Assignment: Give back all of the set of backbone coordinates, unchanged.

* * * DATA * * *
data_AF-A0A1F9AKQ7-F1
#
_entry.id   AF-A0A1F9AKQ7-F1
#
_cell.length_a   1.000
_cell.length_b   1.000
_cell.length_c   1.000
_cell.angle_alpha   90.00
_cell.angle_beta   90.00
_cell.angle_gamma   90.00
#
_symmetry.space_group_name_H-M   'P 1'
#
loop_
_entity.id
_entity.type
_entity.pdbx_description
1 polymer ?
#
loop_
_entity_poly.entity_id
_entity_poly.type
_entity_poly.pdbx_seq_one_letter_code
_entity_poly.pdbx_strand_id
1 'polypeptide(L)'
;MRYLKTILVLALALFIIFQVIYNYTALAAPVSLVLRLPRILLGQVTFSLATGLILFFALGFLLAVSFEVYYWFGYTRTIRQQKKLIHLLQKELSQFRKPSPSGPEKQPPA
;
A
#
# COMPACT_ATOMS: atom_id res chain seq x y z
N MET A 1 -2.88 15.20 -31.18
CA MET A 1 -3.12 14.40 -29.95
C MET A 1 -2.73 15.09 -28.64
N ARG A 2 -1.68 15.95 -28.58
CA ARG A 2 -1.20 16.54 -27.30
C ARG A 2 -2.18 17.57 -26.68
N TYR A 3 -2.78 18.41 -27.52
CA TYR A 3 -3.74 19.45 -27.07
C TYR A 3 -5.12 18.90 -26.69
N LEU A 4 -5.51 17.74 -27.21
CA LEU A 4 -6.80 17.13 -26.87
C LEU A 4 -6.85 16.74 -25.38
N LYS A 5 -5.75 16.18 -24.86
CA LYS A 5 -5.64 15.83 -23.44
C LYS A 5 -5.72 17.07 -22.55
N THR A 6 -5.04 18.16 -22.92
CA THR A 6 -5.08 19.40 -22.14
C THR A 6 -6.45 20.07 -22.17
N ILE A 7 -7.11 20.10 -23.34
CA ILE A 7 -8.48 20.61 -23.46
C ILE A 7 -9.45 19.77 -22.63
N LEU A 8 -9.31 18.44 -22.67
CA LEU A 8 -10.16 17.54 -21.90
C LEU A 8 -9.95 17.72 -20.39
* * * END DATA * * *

data_AF-A0A1F9AKQ7-F1
#
_entry.id   AF-A0A1F9AKQ7-F1
#
_cell.length_a   1.000
_cell.length_b   1.000
_cell.length_c   1.000
_cell.angle_alpha   90.00
_cell.angle_beta   90.00
_cell.angle_gamma   90.00
#
_symmetry.space_group_name_H-M   'P 1'
#
loop_
_entity.id
_entity.type
_entity.pdbx_description
1 polymer ?
#
loop_
_entity_poly.entity_id
_entity_poly.type
_entity_poly.pdbx_seq_one_letter_code
_entity_poly.pdbx_strand_id
1 'polypeptide(L)'
;MRYLKTILVLALALFIIFQVIYNYTALAAPVSLVLRLPRILLGQVTFSLATGLILFFALGFLLAVSFEVYYWFGYTRTIRQQKKLIHLLQKELSQFRKPSPSGPEKQPPA
;
A
#
# COMPACT_ATOMS: atom_id res chain seq x y z
N MET A 1 -2.88 15.20 -31.18
CA MET A 1 -3.12 14.40 -29.95
C MET A 1 -2.73 15.09 -28.64
N ARG A 2 -1.68 15.95 -28.58
CA ARG A 2 -1.20 16.54 -27.30
C ARG A 2 -2.18 17.57 -26.68
N TYR A 3 -2.78 18.41 -27.52
CA TYR A 3 -3.74 19.45 -27.07
C TYR A 3 -5.12 18.90 -26.69
N LEU A 4 -5.51 17.74 -27.21
CA LEU A 4 -6.80 17.13 -26.87
C LEU A 4 -6.85 16.74 -25.38
N LYS A 5 -5.75 16.18 -24.86
CA LYS A 5 -5.64 15.83 -23.44
C LYS A 5 -5.72 17.07 -22.55
N THR A 6 -5.04 18.16 -22.92
CA THR A 6 -5.08 19.40 -22.14
C THR A 6 -6.45 20.07 -22.17
N ILE A 7 -7.11 20.10 -23.34
CA ILE A 7 -8.48 20.61 -23.46
C ILE A 7 -9.45 19.77 -22.63
N LEU A 8 -9.31 18.44 -22.67
CA LEU A 8 -10.16 17.54 -21.90
C LEU A 8 -9.95 17.72 -20.39